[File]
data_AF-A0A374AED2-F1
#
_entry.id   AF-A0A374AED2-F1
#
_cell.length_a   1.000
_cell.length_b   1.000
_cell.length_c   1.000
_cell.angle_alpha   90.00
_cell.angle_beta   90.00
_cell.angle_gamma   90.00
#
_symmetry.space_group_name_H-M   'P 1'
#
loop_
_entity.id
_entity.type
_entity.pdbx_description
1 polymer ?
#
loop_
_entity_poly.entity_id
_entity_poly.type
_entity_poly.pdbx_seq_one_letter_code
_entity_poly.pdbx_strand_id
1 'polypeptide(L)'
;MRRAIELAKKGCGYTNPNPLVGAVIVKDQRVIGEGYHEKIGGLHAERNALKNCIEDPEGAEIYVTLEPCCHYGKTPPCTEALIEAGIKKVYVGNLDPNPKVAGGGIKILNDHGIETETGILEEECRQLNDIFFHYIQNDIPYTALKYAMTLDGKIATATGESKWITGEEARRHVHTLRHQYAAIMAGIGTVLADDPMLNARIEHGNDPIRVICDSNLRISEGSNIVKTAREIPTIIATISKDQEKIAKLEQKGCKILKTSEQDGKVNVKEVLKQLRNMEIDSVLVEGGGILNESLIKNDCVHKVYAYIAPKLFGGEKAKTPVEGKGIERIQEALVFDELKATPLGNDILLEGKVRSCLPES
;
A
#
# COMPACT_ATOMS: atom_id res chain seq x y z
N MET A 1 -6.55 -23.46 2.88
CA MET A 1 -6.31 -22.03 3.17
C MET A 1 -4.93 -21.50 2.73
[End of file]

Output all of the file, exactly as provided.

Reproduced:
data_AF-A0A374AED2-F1
#
_entry.id   AF-A0A374AED2-F1
#
_cell.length_a   1.000
_cell.length_b   1.000
_cell.length_c   1.000
_cell.angle_alpha   90.00
_cell.angle_beta   90.00
_cell.angle_gamma   90.00
#
_symmetry.space_group_name_H-M   'P 1'
#
loop_
_entity.id
_entity.type
_entity.pdbx_description
1 polymer ?
#
loop_
_entity_poly.entity_id
_entity_poly.type
_entity_poly.pdbx_seq_one_letter_code
_entity_poly.pdbx_strand_id
1 'polypeptide(L)'
;MRRAIELAKKGCGYTNPNPLVGAVIVKDQRVIGEGYHEKIGGLHAERNALKNCIEDPEGAEIYVTLEPCCHYGKTPPCTEALIEAGIKKVYVGNLDPNPKVAGGGIKILNDHGIETETGILEEECRQLNDIFFHYIQNDIPYTALKYAMTLDGKIATATGESKWITGEEARRHVHTLRHQYAAIMAGIGTVLADDPMLNARIEHGNDPIRVICDSNLRISEGSNIVKTAREIPTIIATISKDQEKIAKLEQKGCKILKTSEQDGKVNVKEVLKQLRNMEIDSVLVEGGGILNESLIKNDCVHKVYAYIAPKLFGGEKAKTPVEGKGIERIQEALVFDELKATPLGNDILLEGKVRSCLPES
;
A
#
# COMPACT_ATOMS: atom_id res chain seq x y z
N MET A 1 -6.55 -23.46 2.88
CA MET A 1 -6.31 -22.03 3.17
C MET A 1 -4.93 -21.50 2.73